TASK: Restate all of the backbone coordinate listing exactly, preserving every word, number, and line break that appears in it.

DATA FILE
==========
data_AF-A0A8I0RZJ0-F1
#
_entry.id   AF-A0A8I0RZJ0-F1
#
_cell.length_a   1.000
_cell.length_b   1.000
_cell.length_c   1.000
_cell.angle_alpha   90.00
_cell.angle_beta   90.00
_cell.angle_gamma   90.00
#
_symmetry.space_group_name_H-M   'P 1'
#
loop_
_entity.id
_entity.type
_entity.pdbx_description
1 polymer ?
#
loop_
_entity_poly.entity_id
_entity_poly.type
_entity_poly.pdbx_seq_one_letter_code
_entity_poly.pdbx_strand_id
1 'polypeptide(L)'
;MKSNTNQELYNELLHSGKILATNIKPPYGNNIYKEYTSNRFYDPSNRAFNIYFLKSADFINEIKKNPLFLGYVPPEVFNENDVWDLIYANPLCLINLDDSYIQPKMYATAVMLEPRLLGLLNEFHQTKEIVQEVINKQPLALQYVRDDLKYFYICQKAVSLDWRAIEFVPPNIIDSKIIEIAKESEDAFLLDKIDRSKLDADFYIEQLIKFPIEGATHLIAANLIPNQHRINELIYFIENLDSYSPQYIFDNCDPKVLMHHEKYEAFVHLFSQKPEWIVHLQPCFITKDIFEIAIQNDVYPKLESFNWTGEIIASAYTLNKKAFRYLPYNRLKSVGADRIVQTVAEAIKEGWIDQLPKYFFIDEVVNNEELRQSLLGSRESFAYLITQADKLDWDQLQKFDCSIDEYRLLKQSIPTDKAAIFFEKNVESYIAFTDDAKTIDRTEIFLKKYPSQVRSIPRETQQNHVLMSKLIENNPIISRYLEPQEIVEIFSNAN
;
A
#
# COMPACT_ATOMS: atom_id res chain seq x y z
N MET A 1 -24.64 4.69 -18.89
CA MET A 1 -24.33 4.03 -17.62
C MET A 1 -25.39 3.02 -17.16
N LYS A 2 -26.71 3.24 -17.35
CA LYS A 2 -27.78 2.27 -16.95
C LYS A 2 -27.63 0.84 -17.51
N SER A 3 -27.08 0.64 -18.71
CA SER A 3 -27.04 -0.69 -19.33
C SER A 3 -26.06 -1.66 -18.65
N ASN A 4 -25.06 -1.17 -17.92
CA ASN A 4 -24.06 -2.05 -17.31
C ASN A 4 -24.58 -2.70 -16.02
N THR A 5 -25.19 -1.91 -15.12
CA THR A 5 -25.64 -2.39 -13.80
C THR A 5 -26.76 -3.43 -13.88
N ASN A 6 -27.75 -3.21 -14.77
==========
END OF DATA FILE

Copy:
data_AF-A0A8I0RZJ0-F1
#
_entry.id   AF-A0A8I0RZJ0-F1
#
_cell.length_a   1.000
_cell.length_b   1.000
_cell.length_c   1.000
_cell.angle_alpha   90.00
_cell.angle_beta   90.00
_cell.angle_gamma   90.00
#
_symmetry.space_group_name_H-M   'P 1'
#
loop_
_entity.id
_entity.type
_entity.pdbx_description
1 polymer ?
#
loop_
_entity_poly.entity_id
_entity_poly.type
_entity_poly.pdbx_seq_one_letter_code
_entity_poly.pdbx_strand_id
1 'polypeptide(L)'
;MKSNTNQELYNELLHSGKILATNIKPPYGNNIYKEYTSNRFYDPSNRAFNIYFLKSADFINEIKKNPLFLGYVPPEVFNENDVWDLIYANPLCLINLDDSYIQPKMYATAVMLEPRLLGLLNEFHQTKEIVQEVINKQPLALQYVRDDLKYFYICQKAVSLDWRAIEFVPPNIIDSKIIEIAKESEDAFLLDKIDRSKLDADFYIEQLIKFPIEGATHLIAANLIPNQHRINELIYFIENLDSYSPQYIFDNCDPKVLMHHEKYEAFVHLFSQKPEWIVHLQPCFITKDIFEIAIQNDVYPKLESFNWTGEIIASAYTLNKKAFRYLPYNRLKSVGADRIVQTVAEAIKEGWIDQLPKYFFIDEVVNNEELRQSLLGSRESFAYLITQADKLDWDQLQKFDCSIDEYRLLKQSIPTDKAAIFFEKNVESYIAFTDDAKTIDRTEIFLKKYPSQVRSIPRETQQNHVLMSKLIENNPIISRYLEPQEIVEIFSNAN
;
A
#
# COMPACT_ATOMS: atom_id res chain seq x y z
N MET A 1 -24.64 4.69 -18.89
CA MET A 1 -24.33 4.03 -17.62
C MET A 1 -25.39 3.02 -17.16
N LYS A 2 -26.71 3.24 -17.35
CA LYS A 2 -27.78 2.27 -16.95
C LYS A 2 -27.63 0.84 -17.51
N SER A 3 -27.08 0.64 -18.71
CA SER A 3 -27.04 -0.69 -19.33
C SER A 3 -26.06 -1.66 -18.65
N ASN A 4 -25.06 -1.17 -17.92
CA ASN A 4 -24.06 -2.05 -17.31
C ASN A 4 -24.58 -2.70 -16.02
N THR A 5 -25.19 -1.91 -15.12
CA THR A 5 -25.64 -2.39 -13.80
C THR A 5 -26.76 -3.43 -13.88
N ASN A 6 -27.75 -3.21 -14.77